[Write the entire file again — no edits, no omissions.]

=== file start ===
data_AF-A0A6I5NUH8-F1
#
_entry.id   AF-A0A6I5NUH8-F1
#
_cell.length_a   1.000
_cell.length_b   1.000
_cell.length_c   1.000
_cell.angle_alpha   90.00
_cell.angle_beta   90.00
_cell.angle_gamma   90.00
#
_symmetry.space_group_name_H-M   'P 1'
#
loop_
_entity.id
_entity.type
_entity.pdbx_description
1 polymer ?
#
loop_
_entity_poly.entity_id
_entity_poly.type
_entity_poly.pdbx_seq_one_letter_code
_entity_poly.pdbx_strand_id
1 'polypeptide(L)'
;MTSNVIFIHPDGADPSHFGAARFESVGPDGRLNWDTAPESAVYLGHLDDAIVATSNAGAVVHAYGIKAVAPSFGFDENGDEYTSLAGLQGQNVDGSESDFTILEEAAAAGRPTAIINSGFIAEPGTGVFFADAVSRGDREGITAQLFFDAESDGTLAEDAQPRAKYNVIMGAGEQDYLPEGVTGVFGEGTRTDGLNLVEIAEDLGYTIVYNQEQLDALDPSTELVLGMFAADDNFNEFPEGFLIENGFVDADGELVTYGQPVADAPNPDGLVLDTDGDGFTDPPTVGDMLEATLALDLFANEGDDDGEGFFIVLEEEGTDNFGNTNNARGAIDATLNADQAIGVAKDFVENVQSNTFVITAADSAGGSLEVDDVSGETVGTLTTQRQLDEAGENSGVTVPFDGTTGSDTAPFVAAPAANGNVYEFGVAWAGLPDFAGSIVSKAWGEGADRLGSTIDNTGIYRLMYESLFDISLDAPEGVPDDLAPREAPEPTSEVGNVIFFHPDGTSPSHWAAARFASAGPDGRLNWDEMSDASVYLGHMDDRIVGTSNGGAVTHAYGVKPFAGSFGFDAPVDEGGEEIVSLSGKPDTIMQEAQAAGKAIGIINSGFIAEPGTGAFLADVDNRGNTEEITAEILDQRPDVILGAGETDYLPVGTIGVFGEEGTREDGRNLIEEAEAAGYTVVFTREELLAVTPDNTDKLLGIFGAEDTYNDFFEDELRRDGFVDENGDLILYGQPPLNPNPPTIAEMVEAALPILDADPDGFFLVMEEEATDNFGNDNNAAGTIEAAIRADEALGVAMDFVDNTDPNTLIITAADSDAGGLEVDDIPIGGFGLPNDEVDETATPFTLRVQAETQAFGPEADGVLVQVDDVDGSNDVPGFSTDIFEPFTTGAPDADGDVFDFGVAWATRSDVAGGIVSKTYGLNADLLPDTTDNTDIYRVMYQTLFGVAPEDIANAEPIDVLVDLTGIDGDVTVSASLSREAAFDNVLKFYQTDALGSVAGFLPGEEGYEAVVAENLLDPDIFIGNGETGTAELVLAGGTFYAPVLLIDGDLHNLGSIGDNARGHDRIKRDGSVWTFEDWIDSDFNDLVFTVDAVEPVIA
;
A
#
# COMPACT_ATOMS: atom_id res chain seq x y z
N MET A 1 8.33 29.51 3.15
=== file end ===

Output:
data_AF-A0A6I5NUH8-F1
#
_entry.id   AF-A0A6I5NUH8-F1
#
_cell.length_a   1.000
_cell.length_b   1.000
_cell.length_c   1.000
_cell.angle_alpha   90.00
_cell.angle_beta   90.00
_cell.angle_gamma   90.00
#
_symmetry.space_group_name_H-M   'P 1'
#
loop_
_entity.id
_entity.type
_entity.pdbx_description
1 polymer ?
#
loop_
_entity_poly.entity_id
_entity_poly.type
_entity_poly.pdbx_seq_one_letter_code
_entity_poly.pdbx_strand_id
1 'polypeptide(L)'
;MTSNVIFIHPDGADPSHFGAARFESVGPDGRLNWDTAPESAVYLGHLDDAIVATSNAGAVVHAYGIKAVAPSFGFDENGDEYTSLAGLQGQNVDGSESDFTILEEAAAAGRPTAIINSGFIAEPGTGVFFADAVSRGDREGITAQLFFDAESDGTLAEDAQPRAKYNVIMGAGEQDYLPEGVTGVFGEGTRTDGLNLVEIAEDLGYTIVYNQEQLDALDPSTELVLGMFAADDNFNEFPEGFLIENGFVDADGELVTYGQPVADAPNPDGLVLDTDGDGFTDPPTVGDMLEATLALDLFANEGDDDGEGFFIVLEEEGTDNFGNTNNARGAIDATLNADQAIGVAKDFVENVQSNTFVITAADSAGGSLEVDDVSGETVGTLTTQRQLDEAGENSGVTVPFDGTTGSDTAPFVAAPAANGNVYEFGVAWAGLPDFAGSIVSKAWGEGADRLGSTIDNTGIYRLMYESLFDISLDAPEGVPDDLAPREAPEPTSEVGNVIFFHPDGTSPSHWAAARFASAGPDGRLNWDEMSDASVYLGHMDDRIVGTSNGGAVTHAYGVKPFAGSFGFDAPVDEGGEEIVSLSGKPDTIMQEAQAAGKAIGIINSGFIAEPGTGAFLADVDNRGNTEEITAEILDQRPDVILGAGETDYLPVGTIGVFGEEGTREDGRNLIEEAEAAGYTVVFTREELLAVTPDNTDKLLGIFGAEDTYNDFFEDELRRDGFVDENGDLILYGQPPLNPNPPTIAEMVEAALPILDADPDGFFLVMEEEATDNFGNDNNAAGTIEAAIRADEALGVAMDFVDNTDPNTLIITAADSDAGGLEVDDIPIGGFGLPNDEVDETATPFTLRVQAETQAFGPEADGVLVQVDDVDGSNDVPGFSTDIFEPFTTGAPDADGDVFDFGVAWATRSDVAGGIVSKTYGLNADLLPDTTDNTDIYRVMYQTLFGVAPEDIANAEPIDVLVDLTGIDGDVTVSASLSREAAFDNVLKFYQTDALGSVAGFLPGEEGYEAVVAENLLDPDIFIGNGETGTAELVLAGGTFYAPVLLIDGDLHNLGSIGDNARGHDRIKRDGSVWTFEDWIDSDFNDLVFTVDAVEPVIA
;
A
#
# COMPACT_ATOMS: atom_id res chain seq x y z
N MET A 1 8.33 29.51 3.15